Cornwall lies across the Tamar river.  Descend through Longcross, Sydenham Damerel and down to the quiet & picturesque crossing at Horsebridge.  There is a steep climb through Hampt Wood. Then from Luckett through Broadgate and Down Gate the route climbs steadily to the north & west of Kit Hill.  Callington, home of Ginsters Cornish Pasty makers, lies a short distance from Kelly Bray along the busy Launceston Road (A388).

Horsebridge, Cornwall
Horsebridge unchanged since it was built in 1437 save for a bit of tarmac

Cycle Callington to Truro 52 miles, 5500ft ascent

The next stage of this cycle route from Exeter to Truro is to head west from Callington through Haye and Trevigo to Golberdon.  If coming direct from Kelly Bray cross the Launceston Road and head straight to Golberdon.  Descend to cross the River Lynher then the longest climb of the day, 500ft to just west of Pensilva.  It is the highest point of the day with great views from here across north to Bodmin moor and east to Kit Hill and Dartmoor beyond. 

Kit Hill with Dartmoor Beyond
Kit Hill with Dartmoor Beyond from Pensilva
Verdant sunken lane
Lush green lanes, like an extended Eden project. Narrow and little used.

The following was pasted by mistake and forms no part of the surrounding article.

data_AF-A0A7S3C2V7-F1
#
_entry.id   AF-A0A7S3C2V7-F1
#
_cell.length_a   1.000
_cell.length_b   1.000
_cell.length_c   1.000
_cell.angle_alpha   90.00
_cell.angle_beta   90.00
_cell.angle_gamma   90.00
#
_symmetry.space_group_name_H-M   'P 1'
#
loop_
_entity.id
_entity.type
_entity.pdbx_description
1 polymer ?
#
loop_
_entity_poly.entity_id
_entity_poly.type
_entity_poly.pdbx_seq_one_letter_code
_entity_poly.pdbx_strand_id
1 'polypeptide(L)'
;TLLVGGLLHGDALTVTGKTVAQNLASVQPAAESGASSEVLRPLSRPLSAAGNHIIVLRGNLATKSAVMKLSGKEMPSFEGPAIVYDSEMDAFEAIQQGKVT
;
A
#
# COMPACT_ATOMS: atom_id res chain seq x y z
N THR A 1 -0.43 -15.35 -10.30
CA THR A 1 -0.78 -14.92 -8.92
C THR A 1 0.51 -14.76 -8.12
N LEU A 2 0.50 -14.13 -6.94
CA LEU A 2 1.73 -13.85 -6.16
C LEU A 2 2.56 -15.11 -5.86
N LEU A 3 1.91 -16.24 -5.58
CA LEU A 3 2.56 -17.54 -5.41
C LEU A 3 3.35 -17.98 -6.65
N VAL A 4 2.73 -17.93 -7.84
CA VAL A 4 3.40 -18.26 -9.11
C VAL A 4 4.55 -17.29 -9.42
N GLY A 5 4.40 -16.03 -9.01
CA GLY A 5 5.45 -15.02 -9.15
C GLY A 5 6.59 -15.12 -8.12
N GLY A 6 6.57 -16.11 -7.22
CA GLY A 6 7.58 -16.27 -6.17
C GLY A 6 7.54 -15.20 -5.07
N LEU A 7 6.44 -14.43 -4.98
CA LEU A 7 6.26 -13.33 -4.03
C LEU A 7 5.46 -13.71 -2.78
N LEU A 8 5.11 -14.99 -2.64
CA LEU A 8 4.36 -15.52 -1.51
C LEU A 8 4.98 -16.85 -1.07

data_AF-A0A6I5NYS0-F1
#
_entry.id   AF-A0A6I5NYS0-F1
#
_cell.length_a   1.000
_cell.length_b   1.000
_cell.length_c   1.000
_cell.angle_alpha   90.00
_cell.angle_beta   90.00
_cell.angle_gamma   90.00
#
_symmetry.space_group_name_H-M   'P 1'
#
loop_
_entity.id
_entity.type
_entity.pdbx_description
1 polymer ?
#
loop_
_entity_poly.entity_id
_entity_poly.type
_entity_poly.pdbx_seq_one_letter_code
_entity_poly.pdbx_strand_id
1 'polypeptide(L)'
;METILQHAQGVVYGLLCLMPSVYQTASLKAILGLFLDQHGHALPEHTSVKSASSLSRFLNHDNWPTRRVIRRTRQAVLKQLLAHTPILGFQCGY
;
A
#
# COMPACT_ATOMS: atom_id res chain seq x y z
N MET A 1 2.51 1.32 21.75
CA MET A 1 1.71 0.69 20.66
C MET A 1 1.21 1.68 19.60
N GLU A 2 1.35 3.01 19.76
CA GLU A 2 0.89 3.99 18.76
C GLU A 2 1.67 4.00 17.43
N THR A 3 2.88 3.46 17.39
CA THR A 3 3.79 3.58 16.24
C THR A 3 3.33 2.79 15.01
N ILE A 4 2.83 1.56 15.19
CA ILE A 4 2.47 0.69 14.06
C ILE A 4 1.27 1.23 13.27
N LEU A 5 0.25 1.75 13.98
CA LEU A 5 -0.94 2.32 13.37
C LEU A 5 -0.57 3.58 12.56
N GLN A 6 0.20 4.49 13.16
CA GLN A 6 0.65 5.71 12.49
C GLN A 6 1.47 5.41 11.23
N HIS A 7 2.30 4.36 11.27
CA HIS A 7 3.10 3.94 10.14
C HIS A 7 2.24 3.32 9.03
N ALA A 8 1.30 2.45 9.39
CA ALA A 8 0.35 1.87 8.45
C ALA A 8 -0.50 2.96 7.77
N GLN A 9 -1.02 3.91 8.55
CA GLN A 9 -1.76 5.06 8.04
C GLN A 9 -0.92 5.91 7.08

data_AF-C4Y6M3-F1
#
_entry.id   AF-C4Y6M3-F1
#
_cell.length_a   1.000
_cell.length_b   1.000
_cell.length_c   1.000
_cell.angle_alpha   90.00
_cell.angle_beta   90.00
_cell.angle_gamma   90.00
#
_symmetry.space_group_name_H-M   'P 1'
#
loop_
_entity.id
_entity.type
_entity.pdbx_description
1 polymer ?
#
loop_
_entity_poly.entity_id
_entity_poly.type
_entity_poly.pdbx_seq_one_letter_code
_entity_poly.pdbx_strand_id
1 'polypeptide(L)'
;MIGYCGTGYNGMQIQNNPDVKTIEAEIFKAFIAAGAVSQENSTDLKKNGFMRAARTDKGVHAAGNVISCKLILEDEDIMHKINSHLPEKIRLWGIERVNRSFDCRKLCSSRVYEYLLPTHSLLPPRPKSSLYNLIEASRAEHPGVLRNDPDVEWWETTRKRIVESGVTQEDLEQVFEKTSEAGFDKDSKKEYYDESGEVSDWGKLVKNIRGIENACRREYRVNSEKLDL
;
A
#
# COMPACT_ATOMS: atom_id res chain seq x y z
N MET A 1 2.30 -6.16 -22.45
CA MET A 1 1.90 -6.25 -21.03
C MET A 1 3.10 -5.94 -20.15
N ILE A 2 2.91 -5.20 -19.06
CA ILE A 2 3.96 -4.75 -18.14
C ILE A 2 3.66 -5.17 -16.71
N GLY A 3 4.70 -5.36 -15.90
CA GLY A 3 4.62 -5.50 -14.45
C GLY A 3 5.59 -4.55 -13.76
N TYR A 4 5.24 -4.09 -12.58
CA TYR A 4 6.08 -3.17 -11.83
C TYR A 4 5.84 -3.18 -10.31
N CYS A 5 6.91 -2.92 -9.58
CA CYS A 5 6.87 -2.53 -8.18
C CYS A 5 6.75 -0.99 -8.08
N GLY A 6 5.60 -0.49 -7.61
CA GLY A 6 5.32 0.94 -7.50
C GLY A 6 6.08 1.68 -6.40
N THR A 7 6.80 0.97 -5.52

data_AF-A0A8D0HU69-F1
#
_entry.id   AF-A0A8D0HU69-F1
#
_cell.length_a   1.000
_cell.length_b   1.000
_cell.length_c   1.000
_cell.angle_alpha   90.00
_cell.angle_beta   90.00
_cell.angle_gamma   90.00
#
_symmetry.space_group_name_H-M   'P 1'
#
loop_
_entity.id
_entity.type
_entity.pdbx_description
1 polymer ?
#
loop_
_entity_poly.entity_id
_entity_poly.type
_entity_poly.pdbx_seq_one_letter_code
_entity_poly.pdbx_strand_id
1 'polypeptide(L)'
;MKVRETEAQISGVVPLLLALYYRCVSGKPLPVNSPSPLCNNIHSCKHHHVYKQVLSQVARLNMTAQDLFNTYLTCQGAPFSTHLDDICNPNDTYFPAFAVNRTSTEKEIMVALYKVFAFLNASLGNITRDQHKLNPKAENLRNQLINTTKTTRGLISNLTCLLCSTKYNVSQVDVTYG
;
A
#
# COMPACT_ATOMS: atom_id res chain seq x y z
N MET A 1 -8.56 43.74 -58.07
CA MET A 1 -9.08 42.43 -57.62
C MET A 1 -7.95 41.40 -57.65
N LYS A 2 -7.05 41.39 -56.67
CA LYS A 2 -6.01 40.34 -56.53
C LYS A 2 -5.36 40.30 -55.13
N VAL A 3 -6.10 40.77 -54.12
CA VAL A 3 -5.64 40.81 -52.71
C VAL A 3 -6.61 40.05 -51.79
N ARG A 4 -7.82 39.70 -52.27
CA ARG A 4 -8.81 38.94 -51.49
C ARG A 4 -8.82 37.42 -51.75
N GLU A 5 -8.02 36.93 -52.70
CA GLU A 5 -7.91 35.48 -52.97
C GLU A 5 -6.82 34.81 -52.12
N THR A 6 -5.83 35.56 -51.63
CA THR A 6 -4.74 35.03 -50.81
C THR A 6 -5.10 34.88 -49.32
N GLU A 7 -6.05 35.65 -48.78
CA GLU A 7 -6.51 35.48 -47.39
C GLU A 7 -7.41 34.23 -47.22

A series of short sharp ascents and descents mark progress to Bodmin. The lowest point is crossing Cardinham Water near Bodmin Rugby Club.  Skirt around the south of Bodmin on NCR 3 as far as Lowertown then west through Trevillyn across the A391 at Bilberry then through Criggan and into Roche. 

Hospitability and Pasties in Roche

In Roche we found Hawke Butchers shop selling the tastiest pasties and pies. Seeing hungry cyclists at the end of lunchtime they gave us a great deal and donated to our charity fund – what a great shop, recommended.

Leaving Roche on Harmony Road we crossed Goss Moor.  It may be possible to use the disused railway to head to Indian Queens but it’s not clear on the map so we briefly joined the B3279 before heading over the A30 on a cycle bridge.  The route roughly follows the A30 crossing to the south at St Ender.  Crossing the A39 takes a bit of a detour along a bridleway towards Killigrew Farm, then loop back north once over the A39 and up towards the A30 once more! 

Arriving in Truro

Truro Cathedral
Truro Cathedral, only 45 more miles to go

The route becomes more scenic as it heads south through St Allen and joins NCR32 for the approach into Truro along the river Allen.  Arrival in Truro is sudden: one minute a narrow lane in a steep valley, once under the rail bridge we hit suburbia and it’s half a mile to the cathedral in the centre.  There are all the facilities of a county town in Truro, including bike shops and plenty of choices to eat and stay.

3 thoughts on “Across the Moors – Cycle Exeter to Truro”

  1. Hi there – good write up. Any GPX tracks for the Exe to Truro and Truro to LE parts (or RWGPS map link?). Considering doing that part in a few weeks. Based in Devon, I’m familiar with way as far as Lydford/Tavistock area – but not beyond. Definitely prefer quiet lanes and gravel!

      1. Hi Rob,
        Delighted you like the info here and on the Cycling UK site. I’ll email you the planned GPX for the section you want if helpful.